Although police had early but conflicting information about who may have been responsible, they shared with Government their belief that the IRA was responsible for the bomb. The Statement concludes that such briefings were selective and consequently misleading.
"It is entirely appropriate that the Government is kept well informed about critical incidents but it is crucial that such briefings are balanced and accurate. A more rigorous approach to the assessment of and reporting on such a catastrophic loss of life should have been adopted," said Mr Hutchinson.
The Public Statement also records that in the days and weeks following the explosion, media coverage of what happened included reports of police sources saying that the bombing had been an IRA 'own goal'.
Police briefings of IRA own goal theory caused families great distress.
"Inconsistent police briefings, some of which inferred that victims of the bombing were culpable in the atrocity, caused the bereaved families great distress, which has continued for many years," said Mr Hutchinson
Mr. Hutchinson went on to say "Following the 1977 arrest and the 1978 conviction of a Loyalist suspect, the RUC failed to conduct an effective investigation of the information, which it had received in 1976, that the convicted man and other members of the UVF had been responsible for the bombing".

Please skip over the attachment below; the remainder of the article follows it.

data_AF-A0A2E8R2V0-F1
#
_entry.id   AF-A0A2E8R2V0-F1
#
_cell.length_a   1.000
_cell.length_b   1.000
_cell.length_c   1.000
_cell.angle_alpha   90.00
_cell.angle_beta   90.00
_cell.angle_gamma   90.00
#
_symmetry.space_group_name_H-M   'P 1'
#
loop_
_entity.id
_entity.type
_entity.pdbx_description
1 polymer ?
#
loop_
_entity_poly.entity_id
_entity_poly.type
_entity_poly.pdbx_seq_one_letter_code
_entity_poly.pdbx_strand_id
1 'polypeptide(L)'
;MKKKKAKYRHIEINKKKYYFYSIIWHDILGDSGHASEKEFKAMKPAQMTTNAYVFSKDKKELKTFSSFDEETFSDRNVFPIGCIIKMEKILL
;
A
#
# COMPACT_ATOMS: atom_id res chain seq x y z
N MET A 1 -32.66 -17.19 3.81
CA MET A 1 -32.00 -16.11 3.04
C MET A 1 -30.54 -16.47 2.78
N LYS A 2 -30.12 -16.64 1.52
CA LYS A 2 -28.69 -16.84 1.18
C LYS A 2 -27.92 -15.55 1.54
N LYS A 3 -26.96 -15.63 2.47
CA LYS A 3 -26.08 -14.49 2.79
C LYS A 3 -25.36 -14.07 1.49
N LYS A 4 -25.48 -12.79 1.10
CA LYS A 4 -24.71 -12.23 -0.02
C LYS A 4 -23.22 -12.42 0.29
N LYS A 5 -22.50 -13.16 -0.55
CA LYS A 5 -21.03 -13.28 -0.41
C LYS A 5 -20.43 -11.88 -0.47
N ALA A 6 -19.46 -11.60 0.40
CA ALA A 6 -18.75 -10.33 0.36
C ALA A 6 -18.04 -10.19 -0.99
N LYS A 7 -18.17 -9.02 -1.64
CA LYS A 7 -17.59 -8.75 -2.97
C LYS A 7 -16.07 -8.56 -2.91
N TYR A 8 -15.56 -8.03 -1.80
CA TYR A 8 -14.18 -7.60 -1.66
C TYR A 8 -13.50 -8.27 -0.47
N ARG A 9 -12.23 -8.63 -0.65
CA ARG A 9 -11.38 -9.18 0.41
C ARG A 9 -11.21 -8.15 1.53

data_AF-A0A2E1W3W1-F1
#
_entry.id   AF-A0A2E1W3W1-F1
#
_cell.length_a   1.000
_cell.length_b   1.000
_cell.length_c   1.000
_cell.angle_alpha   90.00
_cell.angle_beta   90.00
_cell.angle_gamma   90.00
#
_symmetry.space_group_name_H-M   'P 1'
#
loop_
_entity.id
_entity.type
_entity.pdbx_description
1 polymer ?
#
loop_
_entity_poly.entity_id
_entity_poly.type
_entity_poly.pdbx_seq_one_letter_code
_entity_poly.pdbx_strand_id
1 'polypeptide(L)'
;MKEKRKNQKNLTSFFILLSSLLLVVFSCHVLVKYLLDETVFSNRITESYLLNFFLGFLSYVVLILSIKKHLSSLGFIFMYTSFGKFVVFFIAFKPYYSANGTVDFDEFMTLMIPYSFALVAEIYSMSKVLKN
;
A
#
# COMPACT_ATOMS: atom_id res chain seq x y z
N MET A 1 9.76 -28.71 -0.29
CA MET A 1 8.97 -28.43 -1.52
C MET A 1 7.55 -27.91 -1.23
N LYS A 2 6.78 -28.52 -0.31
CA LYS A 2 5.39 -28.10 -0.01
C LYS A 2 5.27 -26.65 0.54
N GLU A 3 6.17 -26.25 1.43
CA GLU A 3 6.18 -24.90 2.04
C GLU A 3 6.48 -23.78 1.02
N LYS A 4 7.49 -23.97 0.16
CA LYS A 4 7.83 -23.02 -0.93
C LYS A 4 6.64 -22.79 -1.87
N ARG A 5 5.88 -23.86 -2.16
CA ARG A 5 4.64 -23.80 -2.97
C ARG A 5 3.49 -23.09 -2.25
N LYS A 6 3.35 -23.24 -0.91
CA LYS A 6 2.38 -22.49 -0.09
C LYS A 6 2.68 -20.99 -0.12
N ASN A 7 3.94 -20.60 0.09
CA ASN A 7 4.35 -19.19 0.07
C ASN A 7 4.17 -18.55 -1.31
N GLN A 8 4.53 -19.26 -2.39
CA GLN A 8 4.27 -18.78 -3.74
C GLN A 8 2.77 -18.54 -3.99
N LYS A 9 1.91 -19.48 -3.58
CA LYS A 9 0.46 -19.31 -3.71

Following the release of the Historical Enquires Team (HET) report on the McGurk's Bar bombing, the then Minister of State for Northern Ireland, Paul Goggins, advised the House of Commons on 14 July 2008 that "...perceptions and preconceived ideas should never have been allowed to cloud the actual evidence..."
Mr. Hutchinson notes that "The inference that victims of the bombings were culpable in the atrocity has caused the bereaved families great distress over the years. A correction by the Chief Constable of this erroneous reporting would be a significant step," said Mr Hutchinson.
Mr. Hutchinson acknowledged that "The police as a body consider that they have been and continue to be the subject of unfair criticism as a consequence of these historic investigations as their actions are being examined up to 40 years after the events and in the absence of complete records or the opportunity for explanation by deceased officers. The police point out that it was a virtually impossible task to investigate effectively the almost 700 murders, which occurred in 1971 and 1972, with significantly fewer resources than they now have and in the midst of a sustained Republican and Loyalist terrorist campaign.
Despite this the police had a duty to investigate such atrocities. It remains my duty to investigate thoroughly complaints about matters of such a grave nature," he said.
Mr. Hutchinson went on to say "The tragedy for families, survivors and police is that the present process of seeking information, truth and justice is fragmented and inadequate."
Mr. Hutchinson concludes that "There must be a better way to deal with these tragic events. I call again on different levels of Government and community to redouble their efforts to find a better way to deal with the past. Until there is a new agreed direction, I will continue to fulfil my mandate within the resources available to me".